THE Most Revd Patricia
Louise Storey is the first female bishop in Ireland and Britain.
She was consecrated for the dioceses of Meath & Kildare on
Saturday, in Christ Church Cathedral, Dublin.
The service of ordination
and consecration was led by the Archbishop of Dublin, Dr Michael
Jackson, and the preacher was the Rector of St Comgall, Bangor, Co.
Down, the Revd Nigel Parker. The service was relayed to those who
could not get into the cathedral by video link with St Werburgh's,
near by. It was also streamed live on the internet.
Mr Parker said of the new
bishop: "It has been our privilege over the years to see you
respond to our Father's love with love, trust, and obedience. You
have given yourself wholeheartedly to him and his Church, serving
his people as a deacon and priest, teaching the scriptures and
pastoring with that disarming directness, which is your hallmark -
a directness, which speaks the truth in love, with a ready laugh
and delightful sense of humour. . . It is our privilege to pray for
you, as the Lord Jesus calls you to a deeper life of sacrificial
service - calls you to consecrate yourself to him, his Church, and
Bishop Storey's husband,
the Revd Earl Storey, a priest in the Church of Ireland, read from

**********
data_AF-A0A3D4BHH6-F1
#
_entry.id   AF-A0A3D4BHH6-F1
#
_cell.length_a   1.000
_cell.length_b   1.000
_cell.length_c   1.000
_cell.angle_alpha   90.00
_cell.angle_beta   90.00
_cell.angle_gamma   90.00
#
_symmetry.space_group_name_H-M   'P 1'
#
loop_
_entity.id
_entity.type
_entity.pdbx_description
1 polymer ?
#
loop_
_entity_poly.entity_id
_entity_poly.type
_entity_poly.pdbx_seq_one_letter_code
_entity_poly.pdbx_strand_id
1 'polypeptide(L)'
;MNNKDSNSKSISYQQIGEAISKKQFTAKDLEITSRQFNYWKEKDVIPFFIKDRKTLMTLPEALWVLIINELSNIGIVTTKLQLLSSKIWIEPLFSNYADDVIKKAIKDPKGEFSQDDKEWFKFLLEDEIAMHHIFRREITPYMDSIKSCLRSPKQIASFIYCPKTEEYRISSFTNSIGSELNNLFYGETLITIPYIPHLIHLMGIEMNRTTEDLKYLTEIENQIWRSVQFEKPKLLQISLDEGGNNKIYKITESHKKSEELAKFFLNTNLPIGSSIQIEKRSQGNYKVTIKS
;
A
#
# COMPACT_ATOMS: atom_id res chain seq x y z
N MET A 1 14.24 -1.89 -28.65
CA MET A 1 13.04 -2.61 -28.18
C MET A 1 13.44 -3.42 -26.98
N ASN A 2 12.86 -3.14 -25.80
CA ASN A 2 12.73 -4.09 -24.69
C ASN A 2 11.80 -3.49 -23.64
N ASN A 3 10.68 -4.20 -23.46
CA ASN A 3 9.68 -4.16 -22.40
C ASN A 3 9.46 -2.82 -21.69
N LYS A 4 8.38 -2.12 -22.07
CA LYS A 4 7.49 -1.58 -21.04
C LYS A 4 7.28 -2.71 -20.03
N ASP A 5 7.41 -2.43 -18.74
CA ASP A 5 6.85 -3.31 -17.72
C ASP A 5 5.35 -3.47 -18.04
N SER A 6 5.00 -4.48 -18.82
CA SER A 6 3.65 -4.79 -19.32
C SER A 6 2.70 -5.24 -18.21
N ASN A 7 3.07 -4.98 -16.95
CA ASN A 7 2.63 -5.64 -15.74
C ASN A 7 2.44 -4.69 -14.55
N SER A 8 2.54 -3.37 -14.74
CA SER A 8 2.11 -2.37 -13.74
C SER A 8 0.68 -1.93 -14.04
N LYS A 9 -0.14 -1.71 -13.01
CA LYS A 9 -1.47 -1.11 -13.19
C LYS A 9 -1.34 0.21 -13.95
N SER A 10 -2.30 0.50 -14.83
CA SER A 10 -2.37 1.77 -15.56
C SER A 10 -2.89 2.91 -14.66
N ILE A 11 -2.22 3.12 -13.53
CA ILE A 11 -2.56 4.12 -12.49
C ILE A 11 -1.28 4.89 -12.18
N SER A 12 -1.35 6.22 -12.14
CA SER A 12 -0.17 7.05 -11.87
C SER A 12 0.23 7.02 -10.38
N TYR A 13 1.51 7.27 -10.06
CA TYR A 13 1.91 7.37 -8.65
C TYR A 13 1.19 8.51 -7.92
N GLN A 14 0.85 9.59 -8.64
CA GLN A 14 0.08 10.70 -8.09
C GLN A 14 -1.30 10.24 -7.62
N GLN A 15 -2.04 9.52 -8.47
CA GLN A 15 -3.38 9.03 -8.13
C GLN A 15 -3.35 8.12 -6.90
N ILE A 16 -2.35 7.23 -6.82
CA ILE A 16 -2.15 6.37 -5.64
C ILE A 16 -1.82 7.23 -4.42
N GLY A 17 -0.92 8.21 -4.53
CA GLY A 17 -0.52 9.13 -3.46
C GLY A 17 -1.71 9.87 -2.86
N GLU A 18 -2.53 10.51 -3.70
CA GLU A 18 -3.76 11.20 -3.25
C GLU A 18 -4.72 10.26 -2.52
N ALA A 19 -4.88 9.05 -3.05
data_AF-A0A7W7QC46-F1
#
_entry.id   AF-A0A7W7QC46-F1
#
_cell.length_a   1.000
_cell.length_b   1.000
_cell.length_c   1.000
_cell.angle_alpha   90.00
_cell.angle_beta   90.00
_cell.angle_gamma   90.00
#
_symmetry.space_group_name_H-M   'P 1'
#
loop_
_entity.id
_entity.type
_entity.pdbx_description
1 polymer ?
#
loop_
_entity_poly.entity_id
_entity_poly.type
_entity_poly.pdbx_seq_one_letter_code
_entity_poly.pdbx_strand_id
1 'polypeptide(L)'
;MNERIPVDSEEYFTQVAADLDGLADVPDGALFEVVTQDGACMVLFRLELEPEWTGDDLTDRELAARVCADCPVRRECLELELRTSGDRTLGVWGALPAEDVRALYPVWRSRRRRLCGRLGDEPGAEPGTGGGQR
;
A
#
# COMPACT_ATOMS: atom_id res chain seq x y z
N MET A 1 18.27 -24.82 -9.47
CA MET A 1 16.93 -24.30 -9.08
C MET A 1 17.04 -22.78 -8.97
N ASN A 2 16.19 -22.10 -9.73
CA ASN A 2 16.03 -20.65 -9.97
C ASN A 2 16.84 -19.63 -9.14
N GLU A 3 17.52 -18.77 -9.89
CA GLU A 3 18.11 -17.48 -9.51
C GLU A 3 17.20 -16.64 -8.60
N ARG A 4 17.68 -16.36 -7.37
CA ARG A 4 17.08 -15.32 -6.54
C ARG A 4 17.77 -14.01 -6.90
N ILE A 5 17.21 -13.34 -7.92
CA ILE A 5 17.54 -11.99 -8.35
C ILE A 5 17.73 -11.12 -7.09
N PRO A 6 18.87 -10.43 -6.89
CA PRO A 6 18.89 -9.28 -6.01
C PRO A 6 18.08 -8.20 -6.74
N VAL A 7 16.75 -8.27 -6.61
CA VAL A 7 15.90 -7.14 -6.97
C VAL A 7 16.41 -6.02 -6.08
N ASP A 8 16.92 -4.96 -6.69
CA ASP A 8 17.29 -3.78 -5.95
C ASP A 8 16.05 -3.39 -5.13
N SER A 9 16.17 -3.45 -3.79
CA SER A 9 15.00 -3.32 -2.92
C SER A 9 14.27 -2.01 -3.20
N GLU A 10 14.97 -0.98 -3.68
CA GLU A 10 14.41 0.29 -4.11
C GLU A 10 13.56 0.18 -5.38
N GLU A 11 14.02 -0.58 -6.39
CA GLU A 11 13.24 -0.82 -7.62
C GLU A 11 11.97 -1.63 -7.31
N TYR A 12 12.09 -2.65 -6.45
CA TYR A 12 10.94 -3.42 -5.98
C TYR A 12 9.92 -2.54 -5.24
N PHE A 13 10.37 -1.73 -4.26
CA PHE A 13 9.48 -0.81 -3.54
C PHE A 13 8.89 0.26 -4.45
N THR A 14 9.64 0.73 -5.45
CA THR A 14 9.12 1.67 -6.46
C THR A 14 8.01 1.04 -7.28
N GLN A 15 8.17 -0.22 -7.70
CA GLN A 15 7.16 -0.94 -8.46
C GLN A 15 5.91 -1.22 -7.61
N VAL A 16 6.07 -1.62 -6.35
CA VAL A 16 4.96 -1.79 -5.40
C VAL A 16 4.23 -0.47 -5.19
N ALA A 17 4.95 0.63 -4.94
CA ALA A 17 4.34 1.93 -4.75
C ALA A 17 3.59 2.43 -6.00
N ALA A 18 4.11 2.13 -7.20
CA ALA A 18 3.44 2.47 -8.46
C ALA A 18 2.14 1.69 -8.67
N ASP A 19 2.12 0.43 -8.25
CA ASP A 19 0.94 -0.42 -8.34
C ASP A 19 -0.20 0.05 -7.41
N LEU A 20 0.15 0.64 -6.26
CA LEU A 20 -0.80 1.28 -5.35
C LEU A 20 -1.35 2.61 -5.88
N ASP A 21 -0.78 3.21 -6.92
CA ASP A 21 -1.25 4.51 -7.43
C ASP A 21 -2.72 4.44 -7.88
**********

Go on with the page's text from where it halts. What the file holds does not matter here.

the Old Testament.
The RC Bishop of Kildare
& Leighlin, the Most Revd Denis Nulty, and Mgr Dermot Farrell,
on behalf of the RC Bishop of Meath, Dr Michael Smith, represented
the RC Church, as did the President of St Patrick's College,
Maynooth, Mgr Hugh Connolly.
All of the main
Protestant Churches in Ireland were also represented, as was the
Islamic community, by Dr Ali Selim of the Dublin Islamic Cultural
Bishop Storey said that being elected to serve as Bishop in the
dioceses of Meath & Kildare (the diocese of Meath is the only
diocese whose bishop uses the episcopal title Most Revd, apart from
the Archbishops) was a privilege, as was being the first woman to
be ordained to the episcopate in these islands, but that her focus
was "more on the fact that I'm a bishop, and trying to get used to
that, never mind being the first woman bishop, or making